Previous letter worth a read

A letter titled: “What has happened?” by Gary and Sue McKinney of Mexia appeared in the Aug. 27 edition in the middle of Page 4. I would hope that all readers at least glanced at this letter, but I have my doubts.
The McKinneys correctly pointed out the apathy that has gripped America. This is not a new phenomenon. According to my late mother (B:1898, D:1992) this has been slowly building in the USA since the early 1900s. I believe I can pinpoint events that started in 1913 that contributed to this slide toward indifference to evil. Author David Barton nailed down the beginning of the modern demise of the U.S. in his 1988 statistical analysis, “America: To Pray or Not to Pray,” with 40 charts plus tables.
America “ho-hummed” and said, “Tsk, tsk, a shame” when prayer was removed from public schools in 1962 by the U.S. Supreme Court (Engel v. Vitale). Again, in 1990, the court ruled the Ten Commandments was illegal to display in schools (Stone v. Gramm).
Just one year after 1962, following the removal of a simple 26-word prayer from Texas and other American public schools, the numbers began to rise. This daily prayer asked for God’s blessings upon the students, their parents, their teachers and their country.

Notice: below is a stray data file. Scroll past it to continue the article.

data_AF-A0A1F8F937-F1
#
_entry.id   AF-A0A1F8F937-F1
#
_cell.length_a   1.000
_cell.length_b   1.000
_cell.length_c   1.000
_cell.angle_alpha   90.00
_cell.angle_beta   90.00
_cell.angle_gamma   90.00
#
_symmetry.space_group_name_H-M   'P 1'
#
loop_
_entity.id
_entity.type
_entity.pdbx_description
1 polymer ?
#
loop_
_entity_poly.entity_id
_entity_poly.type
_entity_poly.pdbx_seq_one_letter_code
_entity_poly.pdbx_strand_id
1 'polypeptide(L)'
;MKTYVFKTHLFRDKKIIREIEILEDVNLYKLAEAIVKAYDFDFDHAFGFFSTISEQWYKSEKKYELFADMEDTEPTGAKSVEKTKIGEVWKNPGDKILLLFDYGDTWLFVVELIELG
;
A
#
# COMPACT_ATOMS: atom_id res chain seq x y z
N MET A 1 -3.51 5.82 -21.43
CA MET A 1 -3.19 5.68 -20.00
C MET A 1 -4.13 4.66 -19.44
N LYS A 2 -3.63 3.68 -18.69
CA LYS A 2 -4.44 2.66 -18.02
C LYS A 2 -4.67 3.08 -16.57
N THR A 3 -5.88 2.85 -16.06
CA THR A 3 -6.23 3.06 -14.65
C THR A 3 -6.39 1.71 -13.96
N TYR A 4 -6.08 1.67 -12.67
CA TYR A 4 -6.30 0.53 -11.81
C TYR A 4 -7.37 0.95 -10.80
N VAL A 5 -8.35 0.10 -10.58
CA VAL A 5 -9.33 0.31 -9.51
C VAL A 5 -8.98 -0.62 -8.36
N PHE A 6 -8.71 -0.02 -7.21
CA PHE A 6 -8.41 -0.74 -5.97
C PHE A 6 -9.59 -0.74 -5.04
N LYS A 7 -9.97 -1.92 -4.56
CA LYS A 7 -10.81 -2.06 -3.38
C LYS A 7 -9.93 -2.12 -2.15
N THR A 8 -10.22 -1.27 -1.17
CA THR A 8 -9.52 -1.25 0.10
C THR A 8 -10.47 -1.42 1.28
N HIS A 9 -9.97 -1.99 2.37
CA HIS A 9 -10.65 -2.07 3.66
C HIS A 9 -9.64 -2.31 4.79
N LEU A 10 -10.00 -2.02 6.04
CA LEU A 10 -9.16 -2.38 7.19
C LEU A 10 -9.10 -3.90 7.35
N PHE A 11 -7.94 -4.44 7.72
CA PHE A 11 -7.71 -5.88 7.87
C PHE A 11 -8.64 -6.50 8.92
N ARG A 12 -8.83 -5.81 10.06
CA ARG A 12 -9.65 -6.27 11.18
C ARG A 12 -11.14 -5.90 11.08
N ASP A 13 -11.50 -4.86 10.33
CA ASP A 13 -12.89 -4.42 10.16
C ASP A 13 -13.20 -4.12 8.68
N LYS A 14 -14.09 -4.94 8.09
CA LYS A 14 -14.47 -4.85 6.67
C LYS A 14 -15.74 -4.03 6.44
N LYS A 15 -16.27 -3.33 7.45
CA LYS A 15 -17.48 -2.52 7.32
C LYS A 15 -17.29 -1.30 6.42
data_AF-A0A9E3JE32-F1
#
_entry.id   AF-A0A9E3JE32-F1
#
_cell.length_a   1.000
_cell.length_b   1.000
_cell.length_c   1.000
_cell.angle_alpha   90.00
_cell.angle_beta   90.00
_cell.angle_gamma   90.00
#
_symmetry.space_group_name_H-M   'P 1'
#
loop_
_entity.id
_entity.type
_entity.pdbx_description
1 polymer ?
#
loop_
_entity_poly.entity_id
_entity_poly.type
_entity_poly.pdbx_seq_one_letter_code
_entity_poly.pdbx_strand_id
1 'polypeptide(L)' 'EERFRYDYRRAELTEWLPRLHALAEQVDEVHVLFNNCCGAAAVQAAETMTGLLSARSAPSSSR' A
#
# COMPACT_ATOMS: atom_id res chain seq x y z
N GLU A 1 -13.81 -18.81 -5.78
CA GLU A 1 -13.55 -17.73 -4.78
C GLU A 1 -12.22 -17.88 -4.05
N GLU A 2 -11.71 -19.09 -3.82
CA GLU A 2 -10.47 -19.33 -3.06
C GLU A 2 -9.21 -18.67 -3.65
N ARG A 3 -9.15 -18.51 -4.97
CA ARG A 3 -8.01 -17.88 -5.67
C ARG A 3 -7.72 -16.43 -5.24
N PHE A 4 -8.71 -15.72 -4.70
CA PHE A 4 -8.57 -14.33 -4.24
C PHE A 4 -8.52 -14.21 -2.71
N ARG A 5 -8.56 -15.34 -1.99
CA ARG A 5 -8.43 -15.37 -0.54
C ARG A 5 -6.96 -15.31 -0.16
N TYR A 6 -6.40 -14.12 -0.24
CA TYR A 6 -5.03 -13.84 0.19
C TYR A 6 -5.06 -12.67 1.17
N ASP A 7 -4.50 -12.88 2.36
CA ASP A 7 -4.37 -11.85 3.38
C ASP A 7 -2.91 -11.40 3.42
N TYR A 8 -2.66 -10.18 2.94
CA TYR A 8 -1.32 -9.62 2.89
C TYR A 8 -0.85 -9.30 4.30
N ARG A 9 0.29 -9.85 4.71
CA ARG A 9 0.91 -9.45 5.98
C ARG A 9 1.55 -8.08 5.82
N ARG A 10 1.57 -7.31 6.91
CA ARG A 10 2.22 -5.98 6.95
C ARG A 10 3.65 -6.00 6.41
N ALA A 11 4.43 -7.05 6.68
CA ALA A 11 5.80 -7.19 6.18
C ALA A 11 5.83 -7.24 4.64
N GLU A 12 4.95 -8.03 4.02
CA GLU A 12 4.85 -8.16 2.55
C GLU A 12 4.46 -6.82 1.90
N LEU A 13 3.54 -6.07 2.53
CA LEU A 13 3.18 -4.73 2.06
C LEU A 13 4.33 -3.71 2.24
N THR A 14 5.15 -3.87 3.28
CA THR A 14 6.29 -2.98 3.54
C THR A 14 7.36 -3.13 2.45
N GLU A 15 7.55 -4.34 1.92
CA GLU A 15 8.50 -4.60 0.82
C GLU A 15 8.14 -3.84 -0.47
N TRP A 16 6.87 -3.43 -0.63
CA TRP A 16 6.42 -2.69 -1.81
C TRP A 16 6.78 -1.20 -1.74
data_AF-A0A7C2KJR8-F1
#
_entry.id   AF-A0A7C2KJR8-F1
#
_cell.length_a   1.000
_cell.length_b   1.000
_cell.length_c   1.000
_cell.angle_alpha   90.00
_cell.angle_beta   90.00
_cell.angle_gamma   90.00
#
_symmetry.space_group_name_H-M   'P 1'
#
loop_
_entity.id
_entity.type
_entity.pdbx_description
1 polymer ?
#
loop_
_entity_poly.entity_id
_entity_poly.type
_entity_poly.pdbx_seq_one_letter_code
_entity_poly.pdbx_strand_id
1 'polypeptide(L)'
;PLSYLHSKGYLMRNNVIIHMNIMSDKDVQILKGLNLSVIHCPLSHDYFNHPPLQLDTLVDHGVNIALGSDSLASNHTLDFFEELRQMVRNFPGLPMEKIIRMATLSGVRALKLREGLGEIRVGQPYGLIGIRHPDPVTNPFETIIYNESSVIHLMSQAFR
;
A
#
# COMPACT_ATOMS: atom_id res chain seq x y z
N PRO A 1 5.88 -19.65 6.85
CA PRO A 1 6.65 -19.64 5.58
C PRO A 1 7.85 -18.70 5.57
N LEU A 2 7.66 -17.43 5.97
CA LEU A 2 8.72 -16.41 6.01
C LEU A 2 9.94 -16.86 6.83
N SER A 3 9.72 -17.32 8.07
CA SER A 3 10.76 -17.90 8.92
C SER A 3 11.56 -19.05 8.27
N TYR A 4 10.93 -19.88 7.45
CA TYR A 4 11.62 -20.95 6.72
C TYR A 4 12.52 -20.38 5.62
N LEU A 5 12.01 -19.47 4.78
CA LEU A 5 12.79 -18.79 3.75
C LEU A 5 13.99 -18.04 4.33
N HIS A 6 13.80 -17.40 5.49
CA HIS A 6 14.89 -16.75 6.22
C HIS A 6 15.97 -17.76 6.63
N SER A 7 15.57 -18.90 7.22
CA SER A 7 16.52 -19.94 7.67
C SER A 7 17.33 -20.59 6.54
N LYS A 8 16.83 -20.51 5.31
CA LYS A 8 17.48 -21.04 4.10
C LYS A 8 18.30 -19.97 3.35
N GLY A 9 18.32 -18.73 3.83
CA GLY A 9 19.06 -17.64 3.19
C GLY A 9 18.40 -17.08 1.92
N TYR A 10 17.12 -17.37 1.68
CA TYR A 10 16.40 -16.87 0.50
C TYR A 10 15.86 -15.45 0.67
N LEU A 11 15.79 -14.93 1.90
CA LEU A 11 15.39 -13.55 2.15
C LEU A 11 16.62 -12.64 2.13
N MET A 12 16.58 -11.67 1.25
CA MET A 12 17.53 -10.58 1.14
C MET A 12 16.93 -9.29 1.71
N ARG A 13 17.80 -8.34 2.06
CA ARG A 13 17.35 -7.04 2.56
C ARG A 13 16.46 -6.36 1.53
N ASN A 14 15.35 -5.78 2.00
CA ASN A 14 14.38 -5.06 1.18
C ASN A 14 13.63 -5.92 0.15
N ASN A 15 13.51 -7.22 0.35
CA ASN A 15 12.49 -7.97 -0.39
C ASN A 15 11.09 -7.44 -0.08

Pregnancies to unwed teen girls climbed nearly 700 percent in just 16 years (1963-79). Teen birth rates more than doubled and abortions went from negligible to about 450,000 per year for teens alone. Before 1960 there were only two common sexually transmitted diseases (STDs). Others were rare or unknown. Today, types of STDs number 25 in all age groups.
Divorce was fairly low and considered immoral and improper in the 1950s. The divorce rate began to climb in 1963 and by 1979 had more than doubled. Today, nearly one-half of all marriages end in separation or divorce.
The court-ordered removal of religious principles from public schools resulted in 18 consecutive years of decline in SAT scores used for college entrance exams. A slowdown of the SAT decline began when religious schools and home schooling became popular about 1982. International testing indicates that the U.S., once in first place, has now fallen behind such nations as Japan, Australia, Canada, Sweden, England and France in student achievement.
Drug abuse and violent crime began to rise in 1963, exceeding population growth by six times. Various programs in state prison systems show when religious principles are taught voluntarily to prisoners, recidivism drops. In short, more God, less crime.
In my next letter I will attempt to trace the devious politics in the 1900s that led to all this. It will sound very much like the politics of today. Finally, I am surely in sympathy with the McKinneys. Please, go back and read their letter of Aug. 27.
Sincerely,
Brother Bob Thompson
Prison Minister, Groesbeck